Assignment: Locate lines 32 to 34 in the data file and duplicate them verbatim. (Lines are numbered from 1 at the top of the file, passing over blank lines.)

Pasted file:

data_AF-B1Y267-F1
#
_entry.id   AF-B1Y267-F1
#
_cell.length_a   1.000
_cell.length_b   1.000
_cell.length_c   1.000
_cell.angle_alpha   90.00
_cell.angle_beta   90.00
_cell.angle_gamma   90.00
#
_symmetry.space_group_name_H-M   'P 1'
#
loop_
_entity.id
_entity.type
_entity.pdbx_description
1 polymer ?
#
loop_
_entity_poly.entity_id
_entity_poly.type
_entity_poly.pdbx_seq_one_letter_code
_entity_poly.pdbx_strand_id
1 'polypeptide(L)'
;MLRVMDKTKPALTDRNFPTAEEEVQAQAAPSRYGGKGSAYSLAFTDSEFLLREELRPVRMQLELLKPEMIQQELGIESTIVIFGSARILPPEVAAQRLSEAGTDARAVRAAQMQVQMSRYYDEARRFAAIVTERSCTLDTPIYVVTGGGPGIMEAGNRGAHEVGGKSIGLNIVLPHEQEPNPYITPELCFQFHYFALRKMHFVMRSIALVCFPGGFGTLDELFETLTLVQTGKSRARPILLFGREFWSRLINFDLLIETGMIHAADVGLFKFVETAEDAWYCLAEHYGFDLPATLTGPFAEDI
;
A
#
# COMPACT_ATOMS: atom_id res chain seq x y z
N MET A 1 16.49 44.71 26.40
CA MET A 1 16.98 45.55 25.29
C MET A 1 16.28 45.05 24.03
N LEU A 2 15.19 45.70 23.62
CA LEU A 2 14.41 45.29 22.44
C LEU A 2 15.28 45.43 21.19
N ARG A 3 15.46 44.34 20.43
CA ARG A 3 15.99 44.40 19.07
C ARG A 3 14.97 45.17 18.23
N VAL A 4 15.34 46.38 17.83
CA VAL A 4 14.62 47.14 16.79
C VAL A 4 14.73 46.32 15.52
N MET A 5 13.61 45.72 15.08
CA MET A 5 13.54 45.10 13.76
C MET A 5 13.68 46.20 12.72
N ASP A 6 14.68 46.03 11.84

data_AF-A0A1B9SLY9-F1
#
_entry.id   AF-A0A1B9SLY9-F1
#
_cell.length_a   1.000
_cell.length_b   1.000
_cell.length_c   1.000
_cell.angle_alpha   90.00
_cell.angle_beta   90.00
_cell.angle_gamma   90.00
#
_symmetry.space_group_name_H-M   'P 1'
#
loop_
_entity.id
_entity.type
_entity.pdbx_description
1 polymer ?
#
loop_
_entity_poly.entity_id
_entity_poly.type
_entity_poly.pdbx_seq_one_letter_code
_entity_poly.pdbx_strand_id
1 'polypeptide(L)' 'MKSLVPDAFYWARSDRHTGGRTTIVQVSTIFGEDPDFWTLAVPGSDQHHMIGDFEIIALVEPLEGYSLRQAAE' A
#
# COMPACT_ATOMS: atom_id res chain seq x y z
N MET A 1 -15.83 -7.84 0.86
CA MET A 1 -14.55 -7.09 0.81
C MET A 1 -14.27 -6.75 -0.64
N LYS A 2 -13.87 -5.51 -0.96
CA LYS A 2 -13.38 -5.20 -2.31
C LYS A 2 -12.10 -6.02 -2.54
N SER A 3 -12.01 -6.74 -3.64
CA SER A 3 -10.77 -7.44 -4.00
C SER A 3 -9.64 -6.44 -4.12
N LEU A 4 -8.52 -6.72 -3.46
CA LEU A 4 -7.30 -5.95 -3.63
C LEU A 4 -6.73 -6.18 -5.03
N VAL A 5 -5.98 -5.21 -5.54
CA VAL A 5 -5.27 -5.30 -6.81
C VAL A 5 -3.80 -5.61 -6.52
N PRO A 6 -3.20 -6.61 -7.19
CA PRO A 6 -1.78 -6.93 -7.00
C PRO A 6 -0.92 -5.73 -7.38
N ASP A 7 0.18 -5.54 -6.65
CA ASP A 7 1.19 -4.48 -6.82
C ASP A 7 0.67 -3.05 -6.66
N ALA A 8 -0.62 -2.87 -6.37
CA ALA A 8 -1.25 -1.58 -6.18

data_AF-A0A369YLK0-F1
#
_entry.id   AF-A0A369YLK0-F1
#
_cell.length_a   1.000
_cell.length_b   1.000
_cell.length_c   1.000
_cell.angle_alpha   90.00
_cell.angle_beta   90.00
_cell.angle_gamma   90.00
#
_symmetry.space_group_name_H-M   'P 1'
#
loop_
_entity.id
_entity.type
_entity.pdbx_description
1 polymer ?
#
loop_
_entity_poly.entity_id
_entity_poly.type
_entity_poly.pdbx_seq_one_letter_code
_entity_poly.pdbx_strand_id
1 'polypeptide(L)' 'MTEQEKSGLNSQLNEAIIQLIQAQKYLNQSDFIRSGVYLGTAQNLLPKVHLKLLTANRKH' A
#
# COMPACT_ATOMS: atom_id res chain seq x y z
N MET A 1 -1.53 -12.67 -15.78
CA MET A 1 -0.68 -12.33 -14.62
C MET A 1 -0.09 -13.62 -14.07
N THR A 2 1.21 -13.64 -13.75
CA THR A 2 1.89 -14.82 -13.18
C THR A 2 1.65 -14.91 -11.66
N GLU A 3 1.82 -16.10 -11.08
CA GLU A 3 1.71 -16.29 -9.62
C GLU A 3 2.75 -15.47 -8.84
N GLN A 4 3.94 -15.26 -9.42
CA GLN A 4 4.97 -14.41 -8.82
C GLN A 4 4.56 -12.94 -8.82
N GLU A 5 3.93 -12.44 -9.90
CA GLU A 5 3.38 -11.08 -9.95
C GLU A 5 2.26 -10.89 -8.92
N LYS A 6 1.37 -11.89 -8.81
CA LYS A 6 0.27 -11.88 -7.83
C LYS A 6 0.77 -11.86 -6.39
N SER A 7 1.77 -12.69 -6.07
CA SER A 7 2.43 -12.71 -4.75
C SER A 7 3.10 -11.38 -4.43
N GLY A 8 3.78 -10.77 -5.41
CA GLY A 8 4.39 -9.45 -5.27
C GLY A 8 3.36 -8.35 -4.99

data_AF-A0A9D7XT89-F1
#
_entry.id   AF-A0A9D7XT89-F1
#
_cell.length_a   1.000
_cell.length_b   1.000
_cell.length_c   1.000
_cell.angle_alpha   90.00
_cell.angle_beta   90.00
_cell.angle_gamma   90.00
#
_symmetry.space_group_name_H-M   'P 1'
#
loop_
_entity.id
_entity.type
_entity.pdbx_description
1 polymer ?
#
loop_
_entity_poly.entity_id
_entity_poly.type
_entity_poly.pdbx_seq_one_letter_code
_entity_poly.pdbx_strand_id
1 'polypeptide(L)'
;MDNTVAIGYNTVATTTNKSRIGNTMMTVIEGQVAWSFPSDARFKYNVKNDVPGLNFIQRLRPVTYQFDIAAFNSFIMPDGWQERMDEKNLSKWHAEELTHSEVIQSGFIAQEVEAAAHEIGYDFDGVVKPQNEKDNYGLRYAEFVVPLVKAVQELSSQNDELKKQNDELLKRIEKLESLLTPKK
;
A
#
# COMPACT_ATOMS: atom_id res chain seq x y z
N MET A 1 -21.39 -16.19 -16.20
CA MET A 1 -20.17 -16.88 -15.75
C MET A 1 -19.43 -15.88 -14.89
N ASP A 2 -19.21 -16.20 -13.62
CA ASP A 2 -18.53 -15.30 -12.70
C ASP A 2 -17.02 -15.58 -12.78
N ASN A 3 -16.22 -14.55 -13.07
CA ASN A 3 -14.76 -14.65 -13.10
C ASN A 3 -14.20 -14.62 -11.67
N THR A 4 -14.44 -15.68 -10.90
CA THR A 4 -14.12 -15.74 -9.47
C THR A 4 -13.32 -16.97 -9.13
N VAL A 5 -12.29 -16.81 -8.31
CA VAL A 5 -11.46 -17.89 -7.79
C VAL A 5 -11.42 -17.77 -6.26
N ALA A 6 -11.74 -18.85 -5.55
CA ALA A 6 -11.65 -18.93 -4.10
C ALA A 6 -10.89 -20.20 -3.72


CA MET A 1 16.98 45.55 25.29
C MET A 1 16.28 45.05 24.03
N LEU A 2 15.19 45.70 23.62